So far we've established that the Motorola Defy+ is a competent little mid-range smartphone that packs in all the basics you'd expect of an Android device. But what about some of those nice extras? Well, unsurprisingly the Defy isn't exactly packed to the rafters but neither does it let itself down.
Although modest in terms of specs, the 5 megapixel camera actually takes quite a nice shot, getting exposure and colouration right, even if every detail isn't captured. The app also offers a few extras like real time effects (black and white, negative, sepia, solarise, red hint, green tint, blue tint) and scene modes (portait, landscape, sport, night portrait, sunset, macro and steady shot). However, you can't touch anywhere onscreen to focus, which makes taking shots such as our closeup of the flower almost impossible, and there are few really clever extras like an inbuilt image tweaking tool.
Also, video is mediocre. Again the basic quality is okay in terms of colouration and framerate but at only 640 x 480 it's rather low res.
One area Motorola hasn't skimped on for both photos and video is illumination. No, not that the phone will ornament your emails with gold lettering but that there's an LED flash/lamp to add a bit of light to your dark shots.
Despite the gloom, the Defy has done a reasonable job of capturing this scene, though peer closer and the lack of detail is obvious.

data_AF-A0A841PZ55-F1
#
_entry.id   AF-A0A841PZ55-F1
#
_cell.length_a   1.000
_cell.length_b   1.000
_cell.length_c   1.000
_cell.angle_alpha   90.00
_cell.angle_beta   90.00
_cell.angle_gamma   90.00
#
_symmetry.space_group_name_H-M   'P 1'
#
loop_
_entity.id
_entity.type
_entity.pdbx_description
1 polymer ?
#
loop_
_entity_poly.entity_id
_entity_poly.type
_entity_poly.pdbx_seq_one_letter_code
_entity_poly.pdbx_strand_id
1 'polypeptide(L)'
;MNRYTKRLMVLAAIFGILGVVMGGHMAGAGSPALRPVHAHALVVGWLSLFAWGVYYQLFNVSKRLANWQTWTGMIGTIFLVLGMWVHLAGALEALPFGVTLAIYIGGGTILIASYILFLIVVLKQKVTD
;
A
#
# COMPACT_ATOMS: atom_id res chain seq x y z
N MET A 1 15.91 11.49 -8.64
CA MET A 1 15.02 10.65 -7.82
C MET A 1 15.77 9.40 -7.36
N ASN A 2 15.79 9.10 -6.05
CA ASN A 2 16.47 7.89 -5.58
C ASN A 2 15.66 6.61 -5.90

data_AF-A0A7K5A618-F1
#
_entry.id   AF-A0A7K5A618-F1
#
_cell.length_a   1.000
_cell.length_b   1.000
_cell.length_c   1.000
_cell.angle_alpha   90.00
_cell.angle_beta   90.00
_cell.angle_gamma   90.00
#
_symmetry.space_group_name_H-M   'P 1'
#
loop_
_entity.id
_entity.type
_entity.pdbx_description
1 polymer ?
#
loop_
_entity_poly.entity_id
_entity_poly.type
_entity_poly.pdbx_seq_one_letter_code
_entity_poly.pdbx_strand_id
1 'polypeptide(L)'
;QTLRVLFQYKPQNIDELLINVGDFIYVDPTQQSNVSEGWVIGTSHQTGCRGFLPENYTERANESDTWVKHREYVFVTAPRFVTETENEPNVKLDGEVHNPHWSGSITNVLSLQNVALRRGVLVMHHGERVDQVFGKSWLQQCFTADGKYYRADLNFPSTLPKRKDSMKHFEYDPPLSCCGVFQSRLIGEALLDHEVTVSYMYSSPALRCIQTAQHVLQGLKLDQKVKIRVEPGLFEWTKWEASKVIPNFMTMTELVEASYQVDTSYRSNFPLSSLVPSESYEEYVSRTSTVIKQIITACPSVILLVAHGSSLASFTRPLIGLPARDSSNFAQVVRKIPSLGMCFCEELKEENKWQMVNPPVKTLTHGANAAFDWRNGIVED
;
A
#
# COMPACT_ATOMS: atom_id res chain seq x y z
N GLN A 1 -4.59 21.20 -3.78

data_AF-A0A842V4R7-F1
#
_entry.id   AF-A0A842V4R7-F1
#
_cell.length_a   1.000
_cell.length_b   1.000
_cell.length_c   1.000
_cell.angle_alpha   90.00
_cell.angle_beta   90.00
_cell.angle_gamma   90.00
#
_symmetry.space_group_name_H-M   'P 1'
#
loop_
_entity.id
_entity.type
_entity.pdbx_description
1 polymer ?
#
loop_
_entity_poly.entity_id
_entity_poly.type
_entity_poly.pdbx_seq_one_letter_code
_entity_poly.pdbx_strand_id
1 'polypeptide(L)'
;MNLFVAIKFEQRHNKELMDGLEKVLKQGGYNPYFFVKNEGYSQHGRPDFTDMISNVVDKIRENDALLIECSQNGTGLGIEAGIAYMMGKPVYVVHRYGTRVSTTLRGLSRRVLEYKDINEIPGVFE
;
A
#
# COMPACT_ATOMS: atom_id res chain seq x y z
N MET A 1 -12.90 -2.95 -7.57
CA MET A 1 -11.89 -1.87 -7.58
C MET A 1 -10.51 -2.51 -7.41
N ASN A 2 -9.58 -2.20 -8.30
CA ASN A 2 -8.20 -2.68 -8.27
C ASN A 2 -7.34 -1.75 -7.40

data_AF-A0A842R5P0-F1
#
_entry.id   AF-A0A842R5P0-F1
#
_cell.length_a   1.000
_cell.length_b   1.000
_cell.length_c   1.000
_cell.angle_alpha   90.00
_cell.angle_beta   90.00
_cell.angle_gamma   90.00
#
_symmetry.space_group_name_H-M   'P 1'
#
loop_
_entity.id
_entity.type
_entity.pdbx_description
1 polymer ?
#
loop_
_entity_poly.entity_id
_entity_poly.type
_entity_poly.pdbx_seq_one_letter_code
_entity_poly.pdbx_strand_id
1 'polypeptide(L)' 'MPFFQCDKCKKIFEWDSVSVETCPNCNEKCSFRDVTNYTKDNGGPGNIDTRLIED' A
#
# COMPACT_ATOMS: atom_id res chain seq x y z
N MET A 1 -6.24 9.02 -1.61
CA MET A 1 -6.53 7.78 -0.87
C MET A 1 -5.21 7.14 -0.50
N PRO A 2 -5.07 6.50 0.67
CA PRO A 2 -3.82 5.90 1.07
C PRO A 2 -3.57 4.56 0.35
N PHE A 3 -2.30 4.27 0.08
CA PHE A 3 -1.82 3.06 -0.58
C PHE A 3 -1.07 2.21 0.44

With no way to choose a focus point, closeups and shots with the subject off centre can be a bit tricky.
When it comes to playing other videos, it's clear why that camera is limited to non HD resolutions. Anything above 640 x 480 resolution simply won't play and even some high-bitrate videos at this resolution will be a little stuttery on occasion.
Playing a few of our choice games that sluggish performance also came through with even Angry Birds looking a bit choppy. So in case we needed any further confirmation, this phone isn't a powerhouse that'll storm through everything you throw at it. Instead it's one that simply provides enough performance to ensure you can make a call, write a text, check your emails and browse the web without frustration.
When making those calls you shouldn't find call quality is a problem either. While again this phone doesn't offer the best going, it will provide enough clarity to get you by, though you'll have to wait for it to dry out to get the best from it.
Considering it packs a higher than usual 1650mAh battery we were expecting a higher than average battery life, and the Defy+ does deliver. You should easily be able to get away with charging it only every other day, rather than every night like most handsets require.
It's this longevity combined with this phone's ruggedness and price that really combines to make it so appealing. Retailing for just over £200, it's eminently affordable, thus making it a potentially great choice for children or as a second phone for taking out on your more adventurous trips. Competition is minimal in this semi-rugged sector but one other model to look out for is the Sony Ericsson Xperia Active, which is a bit tougher and does sport a lanyard loop. However, it's a much smaller handset with a more confined 3in screen.
Those looking to upgrade their existing Motorola Defys may be disappointed with the modest enhancements made to the Defy+, indeed it's not worth the investment, but newcomers to the waterproof smartphone market should be excited. It won't survive the most extreme of environments but for keeping going in the UKs wet and muddy wilderness, it's more than adequate. What's more it offers a proper smartphone experience and looks quite civil too. All that for £200 seems like a good deal to us.
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